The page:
The World Atlas of Coffee…takes ambitious as its starting point and then shoots for exhaustive. It doesn’t hit that crazy a level of detail, which is lucky for us because it remains at once packed and approachable. Just one example: in the section on Burundi, Hoffmann details fourteen growing regions. It’s a book coffee professionals and enthusiasts alike should not just add to their libraries but dog-ear and highlight. Opening with the history, production, retail, and brewing of coffee, Hoffmann spends more than a hundred pages at origin, giving special attention to traceability. Designed with gorgeous photography and an eye to draw readers through the sometimes bewildering process of brewing a simple cup of coffee, The World Atlas of Coffee is a book you’ll spend as much time looking at as reading. (Cory Eldridge Fresh Cup Magazine 2014-11-05)
For those interested in all-things java, author Hoffmann — a world-champion barista and CEO of a British roasting company — has written the definitive guide. If you love coffee, then you’ll love this book. Hoffman focuses on specialty coffees: those “defined by their quality and by how good they taste” and discusses in fascinating detail how different varieties of coffee produce their own unique flavors, aromas, and commercial value. The book is divided into three beautifully illustrated sections that cover the process of growing and processing coffee, the numerous ways to grind, roast, and brew it, and the geographical and historical origins of the many types of drinkable black gold. Readers will find a bevy of informative tidbits throughout the book. For example, American G.I.s created Americano by watering down Italian espresso… The book’s design also warrants praise: it’s loaded with hundreds of full color photographs, maps, and illustrations. It is well-written, informative, and a must-have for general readers who want to know more about their favorite morning brew. (Publishers Weekly 2014-11-17)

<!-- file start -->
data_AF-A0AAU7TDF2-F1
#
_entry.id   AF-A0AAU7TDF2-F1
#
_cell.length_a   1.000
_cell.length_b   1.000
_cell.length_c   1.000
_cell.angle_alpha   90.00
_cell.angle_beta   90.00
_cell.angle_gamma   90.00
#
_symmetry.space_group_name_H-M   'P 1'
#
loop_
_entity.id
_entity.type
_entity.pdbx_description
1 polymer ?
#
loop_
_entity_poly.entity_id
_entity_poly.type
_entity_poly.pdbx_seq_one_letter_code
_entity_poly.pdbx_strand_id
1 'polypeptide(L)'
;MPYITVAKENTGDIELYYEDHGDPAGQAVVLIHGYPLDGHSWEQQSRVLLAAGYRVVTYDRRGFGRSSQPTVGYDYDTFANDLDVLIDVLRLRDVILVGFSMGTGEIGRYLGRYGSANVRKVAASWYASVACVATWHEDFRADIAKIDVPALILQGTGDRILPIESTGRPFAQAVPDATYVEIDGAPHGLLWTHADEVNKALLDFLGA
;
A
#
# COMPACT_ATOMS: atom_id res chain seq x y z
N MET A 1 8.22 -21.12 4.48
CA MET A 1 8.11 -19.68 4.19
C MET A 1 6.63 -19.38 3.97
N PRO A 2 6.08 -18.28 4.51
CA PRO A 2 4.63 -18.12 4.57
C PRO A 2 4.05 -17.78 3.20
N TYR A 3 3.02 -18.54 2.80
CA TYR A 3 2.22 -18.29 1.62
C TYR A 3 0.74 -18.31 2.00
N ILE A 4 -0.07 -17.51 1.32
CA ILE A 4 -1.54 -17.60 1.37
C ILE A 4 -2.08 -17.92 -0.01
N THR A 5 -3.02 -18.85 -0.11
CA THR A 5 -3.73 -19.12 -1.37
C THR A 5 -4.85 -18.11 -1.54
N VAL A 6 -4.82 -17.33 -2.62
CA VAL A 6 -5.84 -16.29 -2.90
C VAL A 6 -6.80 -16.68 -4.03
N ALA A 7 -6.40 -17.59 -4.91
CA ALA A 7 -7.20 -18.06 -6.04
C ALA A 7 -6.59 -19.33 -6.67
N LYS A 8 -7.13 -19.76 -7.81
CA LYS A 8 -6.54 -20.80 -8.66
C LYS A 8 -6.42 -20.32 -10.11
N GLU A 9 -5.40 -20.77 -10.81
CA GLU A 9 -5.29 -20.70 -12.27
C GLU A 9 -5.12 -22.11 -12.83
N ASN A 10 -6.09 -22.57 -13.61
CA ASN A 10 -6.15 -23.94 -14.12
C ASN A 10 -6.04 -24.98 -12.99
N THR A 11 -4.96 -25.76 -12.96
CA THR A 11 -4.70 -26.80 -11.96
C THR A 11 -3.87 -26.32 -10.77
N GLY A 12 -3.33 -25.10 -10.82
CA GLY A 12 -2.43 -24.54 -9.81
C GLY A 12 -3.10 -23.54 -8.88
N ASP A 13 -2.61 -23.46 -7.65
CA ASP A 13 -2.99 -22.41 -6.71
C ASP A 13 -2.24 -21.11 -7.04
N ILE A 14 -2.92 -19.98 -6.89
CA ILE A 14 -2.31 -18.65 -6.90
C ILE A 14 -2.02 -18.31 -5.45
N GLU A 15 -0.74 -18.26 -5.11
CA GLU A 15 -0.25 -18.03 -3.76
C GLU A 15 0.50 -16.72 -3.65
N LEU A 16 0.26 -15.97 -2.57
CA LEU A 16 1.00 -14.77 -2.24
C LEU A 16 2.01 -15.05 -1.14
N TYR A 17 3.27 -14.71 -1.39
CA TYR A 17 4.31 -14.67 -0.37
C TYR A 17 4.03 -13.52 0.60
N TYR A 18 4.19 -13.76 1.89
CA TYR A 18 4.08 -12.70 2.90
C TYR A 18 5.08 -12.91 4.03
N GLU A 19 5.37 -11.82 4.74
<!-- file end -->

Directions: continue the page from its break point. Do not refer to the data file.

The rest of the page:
One of the world’s favorite beverages is dissected in this encyclopedia that introduces the coffee plant and its harvesting, processing, and trade and discusses the buying and preparation of the drink before embarking on a world coffee tour. This voyage takes up most of the title and includes information on the history and current state of coffee growing, processing, and consumption in sections on Africa, Asia, and the Americas. A strength of the book are the numerous, often full-spread photos, of coffee at every stage from fruit to cup. An unusual offering that will be of value in collections serving agriculture, business, and nutrition students. (Henrietta Verma Library Journal 2014-12-01)
This single-volume “all you want to know about coffee”book fills a gap in the popular reference literature. Though the title uses the more academic word atlas, this is actually a readable work on coffee, albeit arranged by continent and then by region. It seeks to provide information on where coffee is grown, the people who grow it, and the coffee culture at large. The book begins with an introduction to coffee and the process of getting from the bean to the cup. The atlas portion contains 30 pages covering Africa; 22 pages, Asia; and 68 pages, the Americas. As seen in other Firefly books, it is profusely illustrated with color plates. Recommended for circulating collections at libraries where interest in coffee is high. (Jerry Carbone Booklist 2014-12-15)